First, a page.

Going forward, you can help us make this database even better. If you spot something that appears to be wrong, please tell us about it. If you can point us toward some evidence that supports the correction you are proposing, we'll look into it and make any necessary changes.
We found a lot of variety in how park information is presented in different reference works and even within the same reference work. When a source says that it's 340 feet to left, it's not always clear whether it means straightaway left field or down the left field line. And it's not always clear whether "385 to left center" refers to a point midway between the left fielder and the center fielder or midway between the LF line and straightaway CF.
The Diamond Mind Baseball game is designed to use seven outfield measurements -- the two foul lines and five equally spaced points in between. In other words, if you divide up the 90 degree angle that is made by the foul lines, our dimensions refer to points at 15 degree intervals. When published dimensions were known to correspond to angles other than the ones we us, we used that information to estimate the distances that correspond to our system. In many cases, ballpark photos and diagrams helped us do this.
The result is a set of dimensions that may not correspond exactly to the numbers you see in reference works but which have been consistently computed to match the angles used in our game.
Statistical Park Factors
For modern seasons (1944 to the present), the statistical park factors are based on our analysis of play-by-play data. When developing these park factors, we have always used a blend of single-year data and three-year averages, taking into account any new parks or changes to existing parks that might have been made during that three-year period.
For many older seasons, we don't have enough play-by-play data to rate the parks that way. Instead, we begin with home/road information (runs and homeruns) from the Macmillan Baseball Encyclopedia. This establishes the overall effect of the park on scoring and tells us how much of that effect was accounted for by homeruns. From there, we use our knowledge of the dimensions of the park (and the others in the league) to come up with a set of factors for singles, doubles and triples that account for the remainder of the park's impact on scoring.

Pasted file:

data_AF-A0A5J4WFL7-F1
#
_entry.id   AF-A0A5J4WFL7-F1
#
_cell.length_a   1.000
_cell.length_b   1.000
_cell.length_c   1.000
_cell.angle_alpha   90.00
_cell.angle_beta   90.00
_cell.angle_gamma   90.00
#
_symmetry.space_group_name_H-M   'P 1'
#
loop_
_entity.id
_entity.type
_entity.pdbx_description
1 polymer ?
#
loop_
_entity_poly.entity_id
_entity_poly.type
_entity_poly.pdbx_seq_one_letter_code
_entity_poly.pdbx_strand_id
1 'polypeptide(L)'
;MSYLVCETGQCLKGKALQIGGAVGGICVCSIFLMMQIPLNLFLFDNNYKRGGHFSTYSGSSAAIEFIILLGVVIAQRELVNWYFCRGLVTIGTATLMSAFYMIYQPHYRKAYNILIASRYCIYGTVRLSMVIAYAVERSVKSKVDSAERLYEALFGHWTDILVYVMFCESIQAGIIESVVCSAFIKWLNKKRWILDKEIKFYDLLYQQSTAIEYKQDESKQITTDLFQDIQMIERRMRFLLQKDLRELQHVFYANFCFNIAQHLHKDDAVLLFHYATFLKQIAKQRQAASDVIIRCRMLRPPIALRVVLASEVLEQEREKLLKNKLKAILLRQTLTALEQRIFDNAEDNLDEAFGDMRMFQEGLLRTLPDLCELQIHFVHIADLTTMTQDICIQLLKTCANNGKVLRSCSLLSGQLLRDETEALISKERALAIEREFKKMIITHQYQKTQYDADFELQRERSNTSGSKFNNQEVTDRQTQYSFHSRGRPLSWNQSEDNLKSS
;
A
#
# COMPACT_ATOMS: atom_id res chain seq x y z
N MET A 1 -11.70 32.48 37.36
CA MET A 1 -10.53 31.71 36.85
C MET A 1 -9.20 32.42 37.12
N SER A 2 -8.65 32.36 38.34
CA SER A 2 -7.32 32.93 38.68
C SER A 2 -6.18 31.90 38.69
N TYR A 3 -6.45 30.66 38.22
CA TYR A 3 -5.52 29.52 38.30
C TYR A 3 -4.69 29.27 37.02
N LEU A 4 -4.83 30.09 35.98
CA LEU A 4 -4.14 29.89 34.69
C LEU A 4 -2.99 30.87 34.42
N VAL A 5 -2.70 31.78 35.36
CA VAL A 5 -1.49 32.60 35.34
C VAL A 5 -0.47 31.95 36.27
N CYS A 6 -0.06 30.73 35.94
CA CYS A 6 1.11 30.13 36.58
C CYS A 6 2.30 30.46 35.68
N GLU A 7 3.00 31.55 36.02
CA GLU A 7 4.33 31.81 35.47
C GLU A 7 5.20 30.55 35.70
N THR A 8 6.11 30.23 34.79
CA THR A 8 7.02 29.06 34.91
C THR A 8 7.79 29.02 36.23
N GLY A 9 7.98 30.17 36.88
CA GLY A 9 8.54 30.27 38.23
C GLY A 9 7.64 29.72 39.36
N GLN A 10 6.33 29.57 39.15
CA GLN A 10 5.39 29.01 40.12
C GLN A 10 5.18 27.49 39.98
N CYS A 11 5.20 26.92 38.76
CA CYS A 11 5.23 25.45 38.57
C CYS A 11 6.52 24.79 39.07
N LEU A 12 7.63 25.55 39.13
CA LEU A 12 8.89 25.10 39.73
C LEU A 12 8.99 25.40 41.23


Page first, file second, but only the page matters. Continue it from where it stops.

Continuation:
For some older seasons, we have reviewed all of the boxscores to compile enough home/road splits. This is a very time-consuming process, however, so it will take some time before we have updated the park factors for all pre-1944 seasons in this fashion.
We have accurate weather information -- average temperature, rain frequency, average wind velocity, frequency with which the wind blows in each direction -- since the early 1990s. Where possible, we averaged the weather data for those years and assigned those averages to the older seasons for the same park. For older parks, we used our knowledge of the climate in that region to assign values for the temperature and rain frequency. Because wind speeds and directions depend significantly on the specific location and orientation of a park, we didn't think it was possible to make intelligent estimates of wind data based on regional patterns. So we used the default values from our Neutral Park.